Well, that was ugly. The Atlanta Braves entered October with a dream of shocking the world. That may still happen, but their game ended a lot like the last seven postseason series for the franchise – with a loss. The last time the Braves won a Game One came in the 2001 NL Division Series against the the Astros. They would sweep Houston that year before running into the eventual champions, the Diamondbacks.
It started poorly with Joc Pederson hitting a solo shot off Mike Foltynewicz to begin the bottom of the first. The Braves ace would go on to load the bases, but got out of it with a strikeout of Yasiel Puig. The hope that Foltynewicz found his way after a rough start ended when, with two outs and a 1-2 count, Foltynewicz hit Pederson with a slider inside in the second inning. He then walked Justin Turner before perfectly placing a 96.6 mph fastball right in Max Muncy’s wheelhouse.
The Dodgers added on later in the game, getting runs off Brad Brach and Chad Sobotka, to run to a 6-0 lead. The story for the pitching staff was pretty typical for 2018. Foltynewicz walked three while Brach and Sobotka each walked two. That allowed the Dodgers, who were actually out-hit, to score six times because when they did get hits, they went a long way. None of the half-dozen hits for the Braves went for extra bases as Hyun-Jin Ryu cruised through seven scoreless frames.
The only positives for the Braves came in the performances of lefties Sean Newcomb and Max Fried. After Foltynewicz was lifted after two innings, Newcomb gave up a hit in two innings. He walked no one and struck out two. Fried followed with 1.1 hitless innings. He did pick up one of the eight walks the Braves dished out while striking out one.
If the Braves had any hope of making a comeback, it seemed to end in the sixth inning. In the top half, Ronald Acuña Jr. hit a grounder to deep short. He may have beat the throw to first had Manny Machado not bobbled it, but regardless, a runner was on to open the frame. However, things unraveled from there. Down four with the count full, Acuña Jr. was running on a 2-2 pitch to Johan Camargo. According to Braves manager Brian Snitker, Acuña Jr. missed a sign. In the end, Camargo swung through strike three and Acuña Jr. was gunned down. In the bottom half of the frame, Snitker made the questionable decision to lift Fried with one out for Brach. After Puig just missed on a homer, Enrique Hernandez drilled a homer to the left-center gap.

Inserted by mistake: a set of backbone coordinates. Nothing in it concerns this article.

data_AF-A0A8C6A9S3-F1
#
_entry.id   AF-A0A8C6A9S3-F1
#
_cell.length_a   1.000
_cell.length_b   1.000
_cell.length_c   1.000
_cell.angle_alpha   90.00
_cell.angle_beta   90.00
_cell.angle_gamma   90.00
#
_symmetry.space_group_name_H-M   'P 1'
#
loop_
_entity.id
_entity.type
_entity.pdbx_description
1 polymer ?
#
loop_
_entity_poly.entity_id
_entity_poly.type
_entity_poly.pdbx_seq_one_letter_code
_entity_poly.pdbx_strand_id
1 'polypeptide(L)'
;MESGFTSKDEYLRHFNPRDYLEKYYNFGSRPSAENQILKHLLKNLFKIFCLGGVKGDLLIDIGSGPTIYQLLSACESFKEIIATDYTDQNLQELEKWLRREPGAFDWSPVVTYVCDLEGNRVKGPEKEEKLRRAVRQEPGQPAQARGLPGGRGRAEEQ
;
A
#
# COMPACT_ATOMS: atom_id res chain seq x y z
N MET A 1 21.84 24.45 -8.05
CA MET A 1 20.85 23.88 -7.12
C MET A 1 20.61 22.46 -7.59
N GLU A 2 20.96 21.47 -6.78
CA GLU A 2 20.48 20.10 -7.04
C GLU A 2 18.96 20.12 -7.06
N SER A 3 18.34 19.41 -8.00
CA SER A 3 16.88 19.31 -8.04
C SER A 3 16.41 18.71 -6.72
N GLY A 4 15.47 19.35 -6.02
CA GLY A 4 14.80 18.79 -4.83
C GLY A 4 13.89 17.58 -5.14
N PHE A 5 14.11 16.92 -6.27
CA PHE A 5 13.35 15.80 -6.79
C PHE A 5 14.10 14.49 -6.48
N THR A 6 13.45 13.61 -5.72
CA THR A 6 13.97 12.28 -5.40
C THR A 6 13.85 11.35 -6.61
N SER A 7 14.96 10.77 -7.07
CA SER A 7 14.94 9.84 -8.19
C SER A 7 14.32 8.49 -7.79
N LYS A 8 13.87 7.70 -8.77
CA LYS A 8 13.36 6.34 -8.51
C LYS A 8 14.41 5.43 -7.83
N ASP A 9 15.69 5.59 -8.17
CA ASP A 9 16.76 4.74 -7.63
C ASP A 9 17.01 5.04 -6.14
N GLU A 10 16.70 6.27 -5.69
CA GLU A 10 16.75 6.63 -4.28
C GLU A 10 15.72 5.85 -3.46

It wasn’t the Braves’ night. Fortunately, by winning their division, they can afford to have an off night in the playoffs. On the other hand, if they want to advance to the NLCS, they can’t afford another one. Tomorrow, Anibal Sanchez will look to even the series against Clayton Kershaw in the late game. Over the last three years, the current Braves roster has a wOBA of .250 against Kershaw while the Dodgers’ roster has a .380 wOBA against Sanchez. If Atlanta dreams of winning this series, it would be nearly impossible to do if those numbers continue to hold.
Just Me Thinking…Mike Foltynewicz’s early removal could allow the Braves to bring him back for Game 4 or even if needed out of the pen in Game 3. He’ll certainly be amped to improve upon Thursday night’s effort…Johan Camargo hit second with Ender Inciarte in the seven spot because of the left-handed starter. Expect to see that again tomorrow night…Anibal Sanchez faced the Dodgers twice this season. In the first game, he went 5.1 innings and allowed two earned runs, including a Max Muncy homer. In the second match-up in late July, he faced Rich Hill and was locked in a pitcher’s dual until the fifth inning steadily went away from him. He was charged with five runs in 6.1 innings…I had no problem with Snitker’s decision to bat Foltynewicz in the third and remove him. The bench, which remains a problem like it has been all season, was not likely to be of any help and it was too early to start emptying it.